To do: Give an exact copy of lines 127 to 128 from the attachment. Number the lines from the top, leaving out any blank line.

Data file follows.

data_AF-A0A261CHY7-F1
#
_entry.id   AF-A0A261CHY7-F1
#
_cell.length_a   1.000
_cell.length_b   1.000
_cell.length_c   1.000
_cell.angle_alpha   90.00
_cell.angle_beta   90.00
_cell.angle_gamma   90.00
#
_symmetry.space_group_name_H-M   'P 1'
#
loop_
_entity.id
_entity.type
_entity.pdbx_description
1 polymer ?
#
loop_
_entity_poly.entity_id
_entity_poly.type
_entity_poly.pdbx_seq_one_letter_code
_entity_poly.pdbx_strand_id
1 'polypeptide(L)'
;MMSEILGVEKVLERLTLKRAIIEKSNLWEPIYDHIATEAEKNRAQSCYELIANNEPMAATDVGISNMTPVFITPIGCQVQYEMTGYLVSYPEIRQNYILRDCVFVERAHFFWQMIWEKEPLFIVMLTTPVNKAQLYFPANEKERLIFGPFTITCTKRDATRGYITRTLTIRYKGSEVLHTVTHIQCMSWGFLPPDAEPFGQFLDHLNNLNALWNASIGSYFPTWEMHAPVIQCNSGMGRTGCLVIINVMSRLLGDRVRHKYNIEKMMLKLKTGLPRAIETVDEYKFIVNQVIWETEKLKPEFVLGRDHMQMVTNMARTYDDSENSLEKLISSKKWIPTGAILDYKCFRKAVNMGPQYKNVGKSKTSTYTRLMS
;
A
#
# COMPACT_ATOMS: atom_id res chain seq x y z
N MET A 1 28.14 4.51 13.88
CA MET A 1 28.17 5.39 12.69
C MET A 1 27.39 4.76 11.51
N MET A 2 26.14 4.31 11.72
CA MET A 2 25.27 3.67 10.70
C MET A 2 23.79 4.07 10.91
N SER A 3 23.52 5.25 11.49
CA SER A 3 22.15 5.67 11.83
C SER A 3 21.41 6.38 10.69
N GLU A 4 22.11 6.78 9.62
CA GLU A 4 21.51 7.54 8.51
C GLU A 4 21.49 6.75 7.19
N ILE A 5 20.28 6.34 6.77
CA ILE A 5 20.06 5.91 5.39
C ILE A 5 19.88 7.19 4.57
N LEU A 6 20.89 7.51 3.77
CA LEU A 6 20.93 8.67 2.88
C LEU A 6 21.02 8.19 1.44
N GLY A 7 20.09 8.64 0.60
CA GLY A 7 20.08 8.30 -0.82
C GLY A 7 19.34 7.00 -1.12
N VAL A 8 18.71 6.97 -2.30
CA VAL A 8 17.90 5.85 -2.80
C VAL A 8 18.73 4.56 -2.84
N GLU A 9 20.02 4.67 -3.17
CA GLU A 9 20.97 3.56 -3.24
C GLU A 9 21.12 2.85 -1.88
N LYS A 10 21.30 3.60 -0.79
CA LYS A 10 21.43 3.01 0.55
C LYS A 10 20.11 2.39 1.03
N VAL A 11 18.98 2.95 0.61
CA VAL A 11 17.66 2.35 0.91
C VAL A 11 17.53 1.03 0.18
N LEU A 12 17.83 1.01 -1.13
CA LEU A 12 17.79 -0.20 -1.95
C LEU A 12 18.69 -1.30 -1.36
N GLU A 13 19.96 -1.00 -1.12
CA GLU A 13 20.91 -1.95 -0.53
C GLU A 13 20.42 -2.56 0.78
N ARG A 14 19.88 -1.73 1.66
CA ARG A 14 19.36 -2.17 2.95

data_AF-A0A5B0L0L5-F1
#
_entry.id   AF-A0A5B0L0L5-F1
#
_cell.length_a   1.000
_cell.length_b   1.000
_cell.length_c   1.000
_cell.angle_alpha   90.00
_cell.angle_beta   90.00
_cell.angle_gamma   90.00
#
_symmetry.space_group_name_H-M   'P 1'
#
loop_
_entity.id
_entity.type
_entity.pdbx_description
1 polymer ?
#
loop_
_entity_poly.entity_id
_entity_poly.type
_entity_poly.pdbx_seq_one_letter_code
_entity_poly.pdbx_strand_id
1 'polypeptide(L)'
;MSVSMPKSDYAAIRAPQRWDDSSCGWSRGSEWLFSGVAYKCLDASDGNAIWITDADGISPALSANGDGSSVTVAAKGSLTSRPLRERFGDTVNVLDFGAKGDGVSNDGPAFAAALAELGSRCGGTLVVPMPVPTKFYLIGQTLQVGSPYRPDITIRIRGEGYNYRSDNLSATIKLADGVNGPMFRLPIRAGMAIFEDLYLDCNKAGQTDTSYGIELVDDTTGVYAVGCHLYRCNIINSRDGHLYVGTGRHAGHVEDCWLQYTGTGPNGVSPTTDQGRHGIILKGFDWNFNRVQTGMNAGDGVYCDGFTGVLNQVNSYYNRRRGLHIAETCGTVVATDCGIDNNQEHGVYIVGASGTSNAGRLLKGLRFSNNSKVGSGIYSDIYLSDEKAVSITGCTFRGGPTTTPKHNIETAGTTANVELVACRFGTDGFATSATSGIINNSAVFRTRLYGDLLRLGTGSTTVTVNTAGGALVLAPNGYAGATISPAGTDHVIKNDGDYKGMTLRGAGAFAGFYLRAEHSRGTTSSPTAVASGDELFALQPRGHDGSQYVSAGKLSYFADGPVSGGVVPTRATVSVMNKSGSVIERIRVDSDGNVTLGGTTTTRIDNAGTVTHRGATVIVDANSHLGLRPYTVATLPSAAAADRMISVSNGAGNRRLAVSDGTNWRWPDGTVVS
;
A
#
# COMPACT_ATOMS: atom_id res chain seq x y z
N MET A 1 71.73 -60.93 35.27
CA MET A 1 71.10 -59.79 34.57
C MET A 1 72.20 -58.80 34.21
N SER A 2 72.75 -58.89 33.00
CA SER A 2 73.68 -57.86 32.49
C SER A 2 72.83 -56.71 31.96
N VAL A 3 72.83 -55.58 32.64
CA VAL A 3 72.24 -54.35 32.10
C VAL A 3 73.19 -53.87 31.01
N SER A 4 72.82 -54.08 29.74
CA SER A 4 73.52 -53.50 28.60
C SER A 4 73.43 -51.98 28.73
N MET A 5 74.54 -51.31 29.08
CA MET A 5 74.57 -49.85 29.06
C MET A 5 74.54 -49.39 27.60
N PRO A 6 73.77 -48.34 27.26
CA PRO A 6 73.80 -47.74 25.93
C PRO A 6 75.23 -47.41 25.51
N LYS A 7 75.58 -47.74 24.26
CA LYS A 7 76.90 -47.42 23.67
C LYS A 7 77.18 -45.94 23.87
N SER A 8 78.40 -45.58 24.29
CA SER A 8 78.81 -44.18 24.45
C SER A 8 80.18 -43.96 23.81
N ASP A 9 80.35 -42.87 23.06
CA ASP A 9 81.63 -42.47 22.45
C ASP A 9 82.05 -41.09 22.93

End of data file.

CA ASP A 9 81.63 -42.47 22.45
C ASP A 9 82.05 -41.09 22.93